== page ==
Platanthera flava (L.) Lindl.
Pale Green Orchid
CC = 10
CW = -3
MOC = 23
SRank = S2
Family - Orchidaceae
Habit - Perennial forb from a fascicle of fleshy, sometimes tuberlike roots.
Stems - Erect, to 60 cm, herbaceous, simple, single or double from the base, glabrous, with vertical ridges formed by decurrent leaf and bract tissue, green.
Leaves - Alternate, simple, entire, sessile, sheathing, 2-5 per stem and grading into the reduced bracts subtending the flowers, glabrous, narrowly elliptic-lanceolate, acute at apex, the largest with blades 12 cm long, 2 cm broad, dull green above, slightly more shiny below, the midribs deeply impressed adaxially, expressed abaxially.
Inflorescence - Terminal spike to 10 cm long, bearing 10-30 flowers. Axis glabrous. Flowers subtended by lanceolate bracts, these shorter or longer than the flowers (depending on the variety), green, glabrous, entire.
Flowers - Sepals all similar, 2-4 mm long, green, ovate to broadly elliptic, usually somewhat pouchlike, the upper sepal forming a shallow hood over the column. Lateral petals mostly arching upward and inward, overlapping under the upper sepal. Lateral petals 2-4 mm long, ovate to elliptic, the tips pointed, yellowish green. Lip 3-6 mm long, ovate, the tip broadly rounded, the margins somewhat irregular to entire, unlobed but with a pair of teeth at the base and a low tubercle in the center, green to yellowish green. Spur 5-6 mm long, not strongly curved. Column 1.5-2.0 mm long, yellowish green, with 1 stamen, the anther with 2 pollen sacs separated by a thin or broad connective, each arm of which bears a viscidium (a sticky structure along the arm), the viscidia 1 mm apart, positioned so as to face more or less forward (parallel to each other). Pollen white.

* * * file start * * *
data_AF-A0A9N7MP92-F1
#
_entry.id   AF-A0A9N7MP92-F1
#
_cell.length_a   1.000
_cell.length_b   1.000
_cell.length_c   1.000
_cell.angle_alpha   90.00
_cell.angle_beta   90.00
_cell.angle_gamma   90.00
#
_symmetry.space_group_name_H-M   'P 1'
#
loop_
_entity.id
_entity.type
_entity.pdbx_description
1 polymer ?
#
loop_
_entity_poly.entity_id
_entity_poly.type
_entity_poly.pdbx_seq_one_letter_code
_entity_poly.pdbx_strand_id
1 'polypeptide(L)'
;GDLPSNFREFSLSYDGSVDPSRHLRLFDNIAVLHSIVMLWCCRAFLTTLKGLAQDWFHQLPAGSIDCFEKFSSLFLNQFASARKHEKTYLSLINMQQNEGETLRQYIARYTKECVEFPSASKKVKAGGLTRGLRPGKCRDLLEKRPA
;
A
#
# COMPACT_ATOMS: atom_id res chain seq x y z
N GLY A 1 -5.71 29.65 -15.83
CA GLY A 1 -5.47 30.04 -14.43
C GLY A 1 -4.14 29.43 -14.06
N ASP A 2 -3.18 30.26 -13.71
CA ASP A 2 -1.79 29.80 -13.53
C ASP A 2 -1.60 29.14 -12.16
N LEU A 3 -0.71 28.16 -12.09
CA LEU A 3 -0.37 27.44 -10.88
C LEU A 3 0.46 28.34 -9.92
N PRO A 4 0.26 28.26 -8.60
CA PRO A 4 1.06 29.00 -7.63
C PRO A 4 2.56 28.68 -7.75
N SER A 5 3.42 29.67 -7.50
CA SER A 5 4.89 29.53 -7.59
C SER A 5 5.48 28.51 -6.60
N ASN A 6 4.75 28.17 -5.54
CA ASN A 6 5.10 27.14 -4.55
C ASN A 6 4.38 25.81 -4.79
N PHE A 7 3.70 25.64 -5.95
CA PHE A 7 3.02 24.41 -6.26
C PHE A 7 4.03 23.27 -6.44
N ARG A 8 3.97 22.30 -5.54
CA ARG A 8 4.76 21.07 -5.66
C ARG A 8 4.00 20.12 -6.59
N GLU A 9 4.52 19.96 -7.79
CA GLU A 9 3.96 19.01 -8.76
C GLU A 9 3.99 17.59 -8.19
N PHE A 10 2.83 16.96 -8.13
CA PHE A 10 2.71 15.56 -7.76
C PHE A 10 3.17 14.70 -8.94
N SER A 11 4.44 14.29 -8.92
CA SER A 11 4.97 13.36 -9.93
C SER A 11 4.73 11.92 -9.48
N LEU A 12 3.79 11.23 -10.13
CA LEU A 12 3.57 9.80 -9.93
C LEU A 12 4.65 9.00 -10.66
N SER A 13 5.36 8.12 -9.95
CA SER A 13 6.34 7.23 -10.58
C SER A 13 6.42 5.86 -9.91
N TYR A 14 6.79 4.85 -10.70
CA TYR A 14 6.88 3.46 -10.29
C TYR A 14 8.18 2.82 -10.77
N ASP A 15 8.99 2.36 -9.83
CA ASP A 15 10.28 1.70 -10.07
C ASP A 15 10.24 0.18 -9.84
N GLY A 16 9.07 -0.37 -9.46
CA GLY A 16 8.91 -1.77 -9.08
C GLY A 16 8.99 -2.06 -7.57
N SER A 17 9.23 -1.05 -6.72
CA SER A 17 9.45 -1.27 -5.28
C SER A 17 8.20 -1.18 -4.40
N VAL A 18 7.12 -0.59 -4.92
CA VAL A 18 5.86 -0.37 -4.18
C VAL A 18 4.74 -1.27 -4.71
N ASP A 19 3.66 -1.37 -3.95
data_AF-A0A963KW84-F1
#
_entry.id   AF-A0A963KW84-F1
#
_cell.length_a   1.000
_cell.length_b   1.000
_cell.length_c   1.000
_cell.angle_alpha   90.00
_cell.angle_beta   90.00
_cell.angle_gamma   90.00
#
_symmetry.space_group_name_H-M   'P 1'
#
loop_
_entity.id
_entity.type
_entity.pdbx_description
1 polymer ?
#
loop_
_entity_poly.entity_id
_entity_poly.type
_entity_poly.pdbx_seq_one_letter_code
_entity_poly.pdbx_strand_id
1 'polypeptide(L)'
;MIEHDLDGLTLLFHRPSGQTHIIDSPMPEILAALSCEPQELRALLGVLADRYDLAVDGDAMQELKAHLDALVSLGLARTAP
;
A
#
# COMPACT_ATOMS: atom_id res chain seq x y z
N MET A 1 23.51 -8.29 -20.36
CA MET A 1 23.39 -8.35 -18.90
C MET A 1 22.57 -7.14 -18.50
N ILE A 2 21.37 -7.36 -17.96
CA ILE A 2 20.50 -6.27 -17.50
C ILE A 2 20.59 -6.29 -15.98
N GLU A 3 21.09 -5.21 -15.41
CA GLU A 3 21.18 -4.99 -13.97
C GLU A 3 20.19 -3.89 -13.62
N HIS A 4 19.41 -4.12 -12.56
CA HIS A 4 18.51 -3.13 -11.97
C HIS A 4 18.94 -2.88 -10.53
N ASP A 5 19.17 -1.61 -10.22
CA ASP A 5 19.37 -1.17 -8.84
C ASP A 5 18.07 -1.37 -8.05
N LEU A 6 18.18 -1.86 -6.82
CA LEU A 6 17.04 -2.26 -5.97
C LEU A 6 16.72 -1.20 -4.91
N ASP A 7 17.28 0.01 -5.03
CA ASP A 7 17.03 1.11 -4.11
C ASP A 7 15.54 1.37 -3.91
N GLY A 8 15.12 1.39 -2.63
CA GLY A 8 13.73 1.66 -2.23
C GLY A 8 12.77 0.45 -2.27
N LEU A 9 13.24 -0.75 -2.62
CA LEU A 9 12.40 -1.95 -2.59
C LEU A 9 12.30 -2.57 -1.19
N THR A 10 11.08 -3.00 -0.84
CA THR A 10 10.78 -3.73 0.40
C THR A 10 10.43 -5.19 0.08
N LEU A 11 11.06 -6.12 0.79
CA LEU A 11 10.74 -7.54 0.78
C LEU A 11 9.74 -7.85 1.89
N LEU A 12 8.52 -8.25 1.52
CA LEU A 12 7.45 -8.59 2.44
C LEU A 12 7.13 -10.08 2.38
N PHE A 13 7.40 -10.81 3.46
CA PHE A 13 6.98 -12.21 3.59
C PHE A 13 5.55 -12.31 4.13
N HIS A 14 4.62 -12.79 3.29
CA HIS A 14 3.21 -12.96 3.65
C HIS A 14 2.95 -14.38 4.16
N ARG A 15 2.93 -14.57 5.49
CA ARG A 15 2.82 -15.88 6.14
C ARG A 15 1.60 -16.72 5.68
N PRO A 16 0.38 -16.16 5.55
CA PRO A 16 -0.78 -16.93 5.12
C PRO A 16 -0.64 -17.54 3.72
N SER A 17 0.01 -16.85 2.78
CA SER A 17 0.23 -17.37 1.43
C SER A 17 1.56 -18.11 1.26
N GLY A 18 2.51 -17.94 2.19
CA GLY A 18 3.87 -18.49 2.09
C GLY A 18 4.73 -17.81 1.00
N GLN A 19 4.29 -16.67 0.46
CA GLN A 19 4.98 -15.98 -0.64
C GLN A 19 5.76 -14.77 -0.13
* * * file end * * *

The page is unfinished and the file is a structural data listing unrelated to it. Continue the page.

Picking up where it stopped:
Fruits - Capsules ascending, 5-25 mm long, elliptic in outline, strongly ribbed.
Flowering - May - September.
Habitat - Bottomland forests, wet prairies.
Origin - Native to the U.S.
Other info. - This species can be found scattered throughout Missouri but is relatively uncommon. Beyond Missouri its range extends across the eastern half of the continental U.S., but nowhere is it particularly common. With both flowers and foliage of a greenish color, the plant tends to blend in with surrounding vegetation and is easy to overlook. Once discovered, it is easy to identify from its characteristic green flowers, which have short spurs and an undivided lower lip.
Photographs taken at Taberville Prairie, MO., 6-7-03 (DETenaglia); also at Tingler Prairie Natural Area, Howell County, MO, 6-10-2021 (SRTurner).